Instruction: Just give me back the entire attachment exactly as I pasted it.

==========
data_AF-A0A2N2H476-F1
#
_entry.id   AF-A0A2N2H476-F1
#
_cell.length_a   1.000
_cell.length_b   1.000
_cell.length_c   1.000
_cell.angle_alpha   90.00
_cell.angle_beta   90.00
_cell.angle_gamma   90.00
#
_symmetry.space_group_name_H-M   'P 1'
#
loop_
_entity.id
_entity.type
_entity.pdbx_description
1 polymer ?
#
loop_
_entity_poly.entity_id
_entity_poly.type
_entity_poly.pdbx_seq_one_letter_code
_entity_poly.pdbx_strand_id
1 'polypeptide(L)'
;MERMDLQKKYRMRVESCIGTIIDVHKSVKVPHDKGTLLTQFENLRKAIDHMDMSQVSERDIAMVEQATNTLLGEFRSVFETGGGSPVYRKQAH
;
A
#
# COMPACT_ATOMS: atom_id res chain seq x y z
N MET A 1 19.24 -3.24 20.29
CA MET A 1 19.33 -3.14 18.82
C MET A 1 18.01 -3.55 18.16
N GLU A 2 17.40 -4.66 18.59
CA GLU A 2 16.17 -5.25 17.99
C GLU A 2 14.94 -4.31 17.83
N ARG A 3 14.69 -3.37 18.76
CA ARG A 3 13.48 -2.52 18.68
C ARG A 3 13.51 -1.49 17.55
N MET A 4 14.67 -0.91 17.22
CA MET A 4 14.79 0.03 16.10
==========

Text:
data_AF-A0A2N2H476-F1
#
_entry.id   AF-A0A2N2H476-F1
#
_cell.length_a   1.000
_cell.length_b   1.000
_cell.length_c   1.000
_cell.angle_alpha   90.00
_cell.angle_beta   90.00
_cell.angle_gamma   90.00
#
_symmetry.space_group_name_H-M   'P 1'
#
loop_
_entity.id
_entity.type
_entity.pdbx_description
1 polymer ?
#
loop_
_entity_poly.entity_id
_entity_poly.type
_entity_poly.pdbx_seq_one_letter_code
_entity_poly.pdbx_strand_id
1 'polypeptide(L)'
;MERMDLQKKYRMRVESCIGTIIDVHKSVKVPHDKGTLLTQFENLRKAIDHMDMSQVSERDIAMVEQATNTLLGEFRSVFETGGGSPVYRKQAH
;
A
#
# COMPACT_ATOMS: atom_id res chain seq x y z
N MET A 1 19.24 -3.24 20.29
CA MET A 1 19.33 -3.14 18.82
C MET A 1 18.01 -3.55 18.16
N GLU A 2 17.40 -4.66 18.59
CA GLU A 2 16.17 -5.25 17.99
C GLU A 2 14.94 -4.31 17.83
N ARG A 3 14.69 -3.37 18.76
CA ARG A 3 13.48 -2.52 18.68
C ARG A 3 13.51 -1.49 17.55
N MET A 4 14.67 -0.91 17.22
CA MET A 4 14.79 0.03 16.10